World Oceans Day 2020

Reef manta ray

International Climate Initiative contributes to the protection of marine animals such as the reef manta ray. Photo: Julie Steinen

The world is facing a climate and biodiversity crisis. The oceans are in poor condition worldwide and the impacts of climate change are exacerbating this dramatic development. The special report of the IPCC (Intergovernmental Panel on Climate Change) on the ocean and the cryosphere (ice-covered areas of the planet) shows that systems particularly affected by the impacts of climate change (e.g. the Arctic, corals, low-lying coasts and islands) lie in marine regions where the increasing impacts of global warming can be clearly seen. The impacts caused by future climate changes therefore pose a major challenge for the ability of marine ecosystems and societies to adapt to them.

Such impacts include, for example, rising sea levels, oxygen deficiency in the oceans and the warming of the sea water. The consequences for the oceans and coasts are already very serious today – and they will become even more critical in the future if no countermeasures are taken: Rising sea levels and increasing storms are putting pressure on coasts, the warmer waters are forcing fish stocks to move to other oceanic regions and marine ecosystems, with all their species and habitats, will undergo drastic changes. This will lead to a shift in the life cycles and the ranges of certain species. The worst case scenario, however, is that species which cannot adapt to the changed conditions will become extinct. The global ocean acidification caused by CO2 enrichment has even more drastic consequences, since it attacks the limestone skeletons of marine species (e.g. corals, mussels and a great proportion of the plankton).

All of these actual scenarios have serious consequences for people whose livelihood depend on the oceans and those who live on the coasts. The threat to coasts from extreme weather events and the threat to fisheries as a livelihood are just two examples of the impacts of climate change.

Biodiversity strengthens the resilience of the oceans and coasts

The good news is that we can make our oceans more resilient to the impacts of climate change by conserving biodiversity. Conservation measures, the restoration of ecosystems, the ecosystem-based management of resources and the reduction of non-climatic stress factors can largely preserve the stability of ecosystems and the benefits they provide for humans – if global warming is limited by climate change mitigation measures.


Special attention must be paid to ecosystems like coral reefs, mangrove forests and seagrass beds that are strongly affected by the consequences of climate change and other associated threats. These ecosystems perform important protective functions such as reducing storm flooding during extreme weather events, so they are crucial for the sustainable protection of densely populated coastal regions and the well-being of their inhabitants. Marine ecosystems such as seagrass beds also provide important ecosystem services such as carbon sequestration (“blue carbon”), improved water quality and, last but not least, healthy fish stocks as food.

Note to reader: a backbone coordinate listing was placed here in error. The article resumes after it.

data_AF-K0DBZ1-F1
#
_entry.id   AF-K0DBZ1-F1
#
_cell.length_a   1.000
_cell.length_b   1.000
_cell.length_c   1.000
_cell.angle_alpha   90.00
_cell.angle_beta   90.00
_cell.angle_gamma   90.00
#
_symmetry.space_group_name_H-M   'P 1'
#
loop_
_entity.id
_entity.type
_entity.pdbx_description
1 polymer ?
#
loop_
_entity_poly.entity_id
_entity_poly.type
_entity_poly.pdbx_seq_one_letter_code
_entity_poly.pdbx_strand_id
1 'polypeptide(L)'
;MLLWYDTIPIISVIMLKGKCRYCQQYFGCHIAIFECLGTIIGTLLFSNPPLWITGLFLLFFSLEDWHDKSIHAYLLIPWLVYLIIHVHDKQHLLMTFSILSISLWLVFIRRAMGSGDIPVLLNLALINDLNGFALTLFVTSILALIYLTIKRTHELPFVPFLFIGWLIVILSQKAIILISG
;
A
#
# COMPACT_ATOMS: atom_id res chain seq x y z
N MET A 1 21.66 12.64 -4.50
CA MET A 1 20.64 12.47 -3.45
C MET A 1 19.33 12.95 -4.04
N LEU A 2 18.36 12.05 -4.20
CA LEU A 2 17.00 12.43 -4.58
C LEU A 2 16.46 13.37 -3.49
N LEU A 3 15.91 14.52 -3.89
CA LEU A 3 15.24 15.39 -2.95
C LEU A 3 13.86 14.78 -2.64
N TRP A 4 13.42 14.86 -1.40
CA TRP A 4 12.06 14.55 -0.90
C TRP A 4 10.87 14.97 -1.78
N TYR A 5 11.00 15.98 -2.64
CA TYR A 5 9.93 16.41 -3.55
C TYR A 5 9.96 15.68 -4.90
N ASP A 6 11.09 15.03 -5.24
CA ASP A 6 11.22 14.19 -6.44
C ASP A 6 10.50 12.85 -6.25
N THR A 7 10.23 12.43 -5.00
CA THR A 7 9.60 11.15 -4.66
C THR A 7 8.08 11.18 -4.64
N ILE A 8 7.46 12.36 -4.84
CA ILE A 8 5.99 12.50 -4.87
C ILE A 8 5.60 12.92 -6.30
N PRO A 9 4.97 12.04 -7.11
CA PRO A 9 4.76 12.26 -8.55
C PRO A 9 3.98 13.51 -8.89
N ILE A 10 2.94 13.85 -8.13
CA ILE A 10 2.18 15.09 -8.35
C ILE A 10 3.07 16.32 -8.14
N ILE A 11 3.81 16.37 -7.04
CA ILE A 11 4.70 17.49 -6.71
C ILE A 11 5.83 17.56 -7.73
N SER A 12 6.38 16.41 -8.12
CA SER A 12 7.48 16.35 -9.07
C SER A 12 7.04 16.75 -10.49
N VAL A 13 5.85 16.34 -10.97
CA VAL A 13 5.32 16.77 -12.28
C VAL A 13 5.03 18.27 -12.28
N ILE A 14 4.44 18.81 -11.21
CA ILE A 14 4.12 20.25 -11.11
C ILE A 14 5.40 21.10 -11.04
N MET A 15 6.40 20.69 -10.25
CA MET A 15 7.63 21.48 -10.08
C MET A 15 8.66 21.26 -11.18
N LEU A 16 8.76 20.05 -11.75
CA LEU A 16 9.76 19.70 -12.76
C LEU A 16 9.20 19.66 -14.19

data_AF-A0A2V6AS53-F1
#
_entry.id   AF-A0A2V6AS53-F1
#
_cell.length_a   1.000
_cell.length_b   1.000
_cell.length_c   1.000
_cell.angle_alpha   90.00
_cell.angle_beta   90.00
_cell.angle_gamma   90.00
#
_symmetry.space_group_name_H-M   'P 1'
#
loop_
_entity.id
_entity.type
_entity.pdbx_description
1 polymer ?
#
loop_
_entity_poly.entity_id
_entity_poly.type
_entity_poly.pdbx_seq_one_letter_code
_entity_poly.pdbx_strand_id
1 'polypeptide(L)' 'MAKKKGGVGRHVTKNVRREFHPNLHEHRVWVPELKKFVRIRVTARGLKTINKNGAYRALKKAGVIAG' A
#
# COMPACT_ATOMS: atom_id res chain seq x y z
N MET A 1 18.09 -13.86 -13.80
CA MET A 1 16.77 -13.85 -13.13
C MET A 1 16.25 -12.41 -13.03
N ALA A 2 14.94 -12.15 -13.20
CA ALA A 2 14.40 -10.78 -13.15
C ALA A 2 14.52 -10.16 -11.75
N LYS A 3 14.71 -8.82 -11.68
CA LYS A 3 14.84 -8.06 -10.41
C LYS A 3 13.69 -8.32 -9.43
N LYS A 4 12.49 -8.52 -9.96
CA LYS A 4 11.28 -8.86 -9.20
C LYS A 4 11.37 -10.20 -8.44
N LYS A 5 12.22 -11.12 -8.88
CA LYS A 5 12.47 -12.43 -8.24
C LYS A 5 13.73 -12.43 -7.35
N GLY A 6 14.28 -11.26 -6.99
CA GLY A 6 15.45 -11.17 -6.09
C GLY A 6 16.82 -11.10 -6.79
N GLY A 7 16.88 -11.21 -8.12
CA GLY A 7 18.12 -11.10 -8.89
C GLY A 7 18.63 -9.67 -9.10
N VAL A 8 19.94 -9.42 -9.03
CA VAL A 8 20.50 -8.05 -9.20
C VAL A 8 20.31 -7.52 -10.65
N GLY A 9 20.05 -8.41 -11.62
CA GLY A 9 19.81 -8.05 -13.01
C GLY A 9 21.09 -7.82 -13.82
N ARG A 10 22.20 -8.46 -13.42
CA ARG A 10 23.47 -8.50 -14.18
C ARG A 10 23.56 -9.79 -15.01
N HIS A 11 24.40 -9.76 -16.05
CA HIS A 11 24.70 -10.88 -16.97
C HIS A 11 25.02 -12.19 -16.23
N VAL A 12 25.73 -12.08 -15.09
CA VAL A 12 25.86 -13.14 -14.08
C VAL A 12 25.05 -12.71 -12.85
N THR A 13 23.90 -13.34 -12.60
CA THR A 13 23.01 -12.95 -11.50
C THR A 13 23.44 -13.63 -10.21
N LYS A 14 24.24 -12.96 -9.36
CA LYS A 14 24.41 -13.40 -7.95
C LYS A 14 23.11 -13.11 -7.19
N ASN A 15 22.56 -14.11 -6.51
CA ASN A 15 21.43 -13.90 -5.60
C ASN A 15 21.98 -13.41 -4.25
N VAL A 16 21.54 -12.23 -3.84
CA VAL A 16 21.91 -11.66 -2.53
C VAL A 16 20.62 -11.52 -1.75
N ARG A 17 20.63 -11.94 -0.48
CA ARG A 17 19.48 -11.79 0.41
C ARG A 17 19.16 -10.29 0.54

In this way, IKI is making a valuable contribution to global marine and coastal protection

International Climate Initiative (IKI) supports a large number of marine and coastal protection projects. Since its launch in 2008, a total of 49 projects in partner countries have been funded with a total volume of around €262 million (status as of March 2020).

For example, funded projects such as the “Climate-Resilient Eastern Caribbean Marine Managed Areas Network (ECMMAN)”, supported the partner countries of IKI in establishing and effectively managing networked marine protected areas to conserve species and habitats and restore damaged habitats. Another IKI priority is the sustainable use of the oceans in cooperation with local populations, as implemented by the “LEAP – Locally Empowered Areal Protection in the West Indian Ocean” project. The concept of ecosystem-based adaptation (“EbA”) is also tied into this approach, since marine ecosystems provide important services for mankind and also can help to ensure that we are less affected by the impacts of climate change.

This is why IKI supports “nature based solutions” in the marine and coastal areas: they enhance the ability of the region’s inhabitants to adapt to the impacts of climate and are both efficient and economical. Specific measures such as the improved management, conservation and restoration of mangroves and coral reefs protect coastal zones from increasing storms and the consequences of rising sea levels. One example here is the “Using natural resources effectively – ecosystem-based adaptation in Indonesia’s coastal regions” project, which also combines mangrove protection with aquaculture.

Logo of the World Oceans DayOn no account must the resilience of the marine ecosystems be subjected to further pressure. This is why more intensive efforts are needed to mitigate the environmental impact of materials that originate from humans, such as nutrients, pollutants and plastic (waste) – and of course from our activities in the oceans.

World Oceans Day 2020

In order to raise public awareness of the importance of the oceans and the need to protect them, the 1992 World Climate Summit in Rio de Janeiro, Brazil saw the inauguration of the World Oceans Day, which has since campaigned for the protection of the oceans every year. Due to the COVID 19 pandemic, this year’s World Oceans Day will take place in a major online event which is open to anyone who wishes to participate. An overview of all the associated virtual events is available on the UN World Oceans Day 2020 website.